Suppressing a Sea of Starlight: Enabling technology for the direct imaging of exoplanets
Promotor: Christoph U. Keller, Co-promotores: Matthew A. Kenworthy, Frans Snik
- G.P.P.L. Otten
- 29 November 2016
- Thesis in Leiden Repository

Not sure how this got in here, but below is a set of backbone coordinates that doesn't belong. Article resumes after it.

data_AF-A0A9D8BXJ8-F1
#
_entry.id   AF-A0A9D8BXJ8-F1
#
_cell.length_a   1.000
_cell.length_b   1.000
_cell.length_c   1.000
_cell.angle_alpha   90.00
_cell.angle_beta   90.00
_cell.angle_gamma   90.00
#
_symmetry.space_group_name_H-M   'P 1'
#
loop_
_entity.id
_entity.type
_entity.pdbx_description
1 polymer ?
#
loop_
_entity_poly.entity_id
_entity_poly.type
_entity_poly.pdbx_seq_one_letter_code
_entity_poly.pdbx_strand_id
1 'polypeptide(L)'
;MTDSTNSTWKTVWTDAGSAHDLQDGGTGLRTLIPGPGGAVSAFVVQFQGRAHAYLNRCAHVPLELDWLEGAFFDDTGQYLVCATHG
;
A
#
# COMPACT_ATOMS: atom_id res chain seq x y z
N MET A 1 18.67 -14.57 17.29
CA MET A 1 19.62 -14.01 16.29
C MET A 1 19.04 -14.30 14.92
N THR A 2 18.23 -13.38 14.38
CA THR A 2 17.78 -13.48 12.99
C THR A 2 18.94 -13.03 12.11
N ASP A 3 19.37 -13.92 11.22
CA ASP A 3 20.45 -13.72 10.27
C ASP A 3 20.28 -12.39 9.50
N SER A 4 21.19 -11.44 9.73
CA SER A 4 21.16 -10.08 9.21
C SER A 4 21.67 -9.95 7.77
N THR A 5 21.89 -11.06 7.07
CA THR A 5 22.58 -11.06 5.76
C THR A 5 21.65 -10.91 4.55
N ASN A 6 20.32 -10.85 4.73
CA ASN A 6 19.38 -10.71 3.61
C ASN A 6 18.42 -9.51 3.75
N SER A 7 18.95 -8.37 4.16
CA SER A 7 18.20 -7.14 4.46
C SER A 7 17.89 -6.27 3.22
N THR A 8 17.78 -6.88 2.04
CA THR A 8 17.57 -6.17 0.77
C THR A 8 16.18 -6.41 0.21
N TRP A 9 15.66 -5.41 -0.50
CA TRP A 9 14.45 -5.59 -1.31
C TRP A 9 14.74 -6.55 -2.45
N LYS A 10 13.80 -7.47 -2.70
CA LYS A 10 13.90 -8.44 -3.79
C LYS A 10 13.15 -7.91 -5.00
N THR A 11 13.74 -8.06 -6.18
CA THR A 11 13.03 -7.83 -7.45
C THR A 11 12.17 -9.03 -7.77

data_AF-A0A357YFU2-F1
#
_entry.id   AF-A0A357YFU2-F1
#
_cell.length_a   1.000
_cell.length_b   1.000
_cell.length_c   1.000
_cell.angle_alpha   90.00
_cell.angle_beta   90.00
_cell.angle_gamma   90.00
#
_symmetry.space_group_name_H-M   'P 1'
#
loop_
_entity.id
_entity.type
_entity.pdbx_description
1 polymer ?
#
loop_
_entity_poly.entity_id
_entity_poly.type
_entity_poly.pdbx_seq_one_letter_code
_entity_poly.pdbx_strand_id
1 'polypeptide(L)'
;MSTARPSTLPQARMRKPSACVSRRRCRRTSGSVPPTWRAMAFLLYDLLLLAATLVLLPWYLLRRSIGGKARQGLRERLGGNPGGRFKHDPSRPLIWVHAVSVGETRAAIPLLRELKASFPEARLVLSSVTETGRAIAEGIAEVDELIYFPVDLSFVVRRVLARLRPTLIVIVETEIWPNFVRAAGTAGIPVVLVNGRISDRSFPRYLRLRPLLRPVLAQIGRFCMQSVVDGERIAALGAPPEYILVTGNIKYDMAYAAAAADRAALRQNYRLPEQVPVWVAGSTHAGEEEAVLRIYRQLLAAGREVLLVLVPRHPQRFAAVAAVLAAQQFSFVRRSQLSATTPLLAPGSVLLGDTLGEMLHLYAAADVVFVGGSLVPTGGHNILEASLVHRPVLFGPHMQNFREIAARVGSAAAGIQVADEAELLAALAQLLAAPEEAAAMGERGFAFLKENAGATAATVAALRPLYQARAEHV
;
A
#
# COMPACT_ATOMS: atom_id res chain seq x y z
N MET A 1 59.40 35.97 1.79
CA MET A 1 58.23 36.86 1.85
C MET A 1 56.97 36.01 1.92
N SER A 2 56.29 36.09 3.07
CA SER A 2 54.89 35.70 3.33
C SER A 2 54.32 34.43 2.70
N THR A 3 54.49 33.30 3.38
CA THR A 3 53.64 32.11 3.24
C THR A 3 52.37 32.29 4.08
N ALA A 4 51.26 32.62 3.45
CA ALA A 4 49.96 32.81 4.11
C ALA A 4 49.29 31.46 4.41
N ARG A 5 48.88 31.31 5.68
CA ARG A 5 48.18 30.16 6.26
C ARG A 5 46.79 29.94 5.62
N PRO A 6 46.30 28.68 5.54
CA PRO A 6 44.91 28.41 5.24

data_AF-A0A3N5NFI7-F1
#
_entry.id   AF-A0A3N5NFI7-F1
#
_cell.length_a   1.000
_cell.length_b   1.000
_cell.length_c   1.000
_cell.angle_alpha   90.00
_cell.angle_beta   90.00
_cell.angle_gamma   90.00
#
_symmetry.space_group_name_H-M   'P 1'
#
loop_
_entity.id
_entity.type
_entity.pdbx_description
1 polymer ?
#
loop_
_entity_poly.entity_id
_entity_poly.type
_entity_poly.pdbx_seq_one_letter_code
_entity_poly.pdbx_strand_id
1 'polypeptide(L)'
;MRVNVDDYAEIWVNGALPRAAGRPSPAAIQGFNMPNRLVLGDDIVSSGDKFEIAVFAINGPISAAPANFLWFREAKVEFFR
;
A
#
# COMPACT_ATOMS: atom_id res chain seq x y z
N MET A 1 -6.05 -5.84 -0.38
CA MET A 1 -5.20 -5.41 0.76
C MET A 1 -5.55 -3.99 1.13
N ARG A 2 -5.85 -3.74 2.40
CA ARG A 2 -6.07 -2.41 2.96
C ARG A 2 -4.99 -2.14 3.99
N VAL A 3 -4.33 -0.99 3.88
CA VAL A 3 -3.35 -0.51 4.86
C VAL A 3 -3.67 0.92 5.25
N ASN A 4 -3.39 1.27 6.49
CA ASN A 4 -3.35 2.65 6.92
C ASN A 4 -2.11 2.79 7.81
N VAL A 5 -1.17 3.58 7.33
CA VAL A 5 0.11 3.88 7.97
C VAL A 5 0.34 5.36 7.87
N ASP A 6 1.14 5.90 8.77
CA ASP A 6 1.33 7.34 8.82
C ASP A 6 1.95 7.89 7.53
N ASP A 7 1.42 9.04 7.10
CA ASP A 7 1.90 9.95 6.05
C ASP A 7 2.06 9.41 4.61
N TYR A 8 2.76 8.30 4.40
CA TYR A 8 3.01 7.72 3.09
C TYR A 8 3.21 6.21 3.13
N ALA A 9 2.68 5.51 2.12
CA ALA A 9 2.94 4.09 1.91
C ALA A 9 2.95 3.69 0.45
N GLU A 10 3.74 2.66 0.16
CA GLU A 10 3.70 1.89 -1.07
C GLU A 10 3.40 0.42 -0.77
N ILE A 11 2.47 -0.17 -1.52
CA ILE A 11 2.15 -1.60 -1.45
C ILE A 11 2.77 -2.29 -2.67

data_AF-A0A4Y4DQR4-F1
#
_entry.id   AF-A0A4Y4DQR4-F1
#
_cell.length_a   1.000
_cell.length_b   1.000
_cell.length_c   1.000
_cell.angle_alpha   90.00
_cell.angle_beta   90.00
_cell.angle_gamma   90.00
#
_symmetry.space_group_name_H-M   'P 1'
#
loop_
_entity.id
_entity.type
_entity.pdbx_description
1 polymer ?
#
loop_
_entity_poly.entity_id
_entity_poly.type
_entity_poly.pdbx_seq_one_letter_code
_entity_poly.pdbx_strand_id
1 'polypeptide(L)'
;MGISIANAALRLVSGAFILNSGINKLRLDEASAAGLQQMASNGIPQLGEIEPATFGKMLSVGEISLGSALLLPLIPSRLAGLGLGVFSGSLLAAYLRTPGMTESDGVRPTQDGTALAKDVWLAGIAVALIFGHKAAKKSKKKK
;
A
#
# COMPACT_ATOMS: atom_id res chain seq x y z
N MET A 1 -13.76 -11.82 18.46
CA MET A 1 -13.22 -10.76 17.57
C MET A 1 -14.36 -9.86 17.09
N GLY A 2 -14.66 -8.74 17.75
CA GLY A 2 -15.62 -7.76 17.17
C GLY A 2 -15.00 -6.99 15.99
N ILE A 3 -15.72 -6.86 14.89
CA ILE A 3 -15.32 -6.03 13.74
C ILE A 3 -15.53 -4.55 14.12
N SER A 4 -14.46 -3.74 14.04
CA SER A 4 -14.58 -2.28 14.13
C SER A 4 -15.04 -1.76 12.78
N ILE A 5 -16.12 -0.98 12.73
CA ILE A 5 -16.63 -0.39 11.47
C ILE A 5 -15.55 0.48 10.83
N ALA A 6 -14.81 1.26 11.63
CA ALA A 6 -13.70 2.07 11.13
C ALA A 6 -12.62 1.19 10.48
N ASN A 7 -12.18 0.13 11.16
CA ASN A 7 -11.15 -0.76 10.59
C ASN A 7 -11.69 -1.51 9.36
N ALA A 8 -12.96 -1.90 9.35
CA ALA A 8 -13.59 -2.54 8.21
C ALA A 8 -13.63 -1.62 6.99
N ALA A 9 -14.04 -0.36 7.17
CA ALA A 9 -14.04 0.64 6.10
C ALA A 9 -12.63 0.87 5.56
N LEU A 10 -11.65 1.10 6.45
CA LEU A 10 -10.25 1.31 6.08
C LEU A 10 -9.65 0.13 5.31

In this thesis we present multiple techniques to suppress starlight in order to better directly image planets around other stars. We propose a laboratory setup to test a new focal-plane wavefront sensing technique. We also show an optical device that suppresses starlight using liquid crystals (the vector Apodizing Phase Plate or vAPP). A broadband prototype (500-900 nm) is tested in the optical lab and its properties are determined. We suggest an simple but effective adaptation called the grating-vAPP which is insensitive to one of the common manufacturing errors (retardance offset). Two versions are tested on-sky. One narrow-band prototype at the Large Binocular Telescope that shows that the concept of the grating vAPP works. A second at Magellan/Clay that shows that we can produce a single optic with a broadband behaviour from 2 to 5 microns bandwidth that suppresses both sides of the star simultaneously. The on-sky 5 sigma contrast is 8.3 magnitudes at 2 lambda/D and 12.2 magnitudes at 3.5 lambda/D which makes this coronagraph extremely suited for imaging and characterizing planets close to nearby bright stars.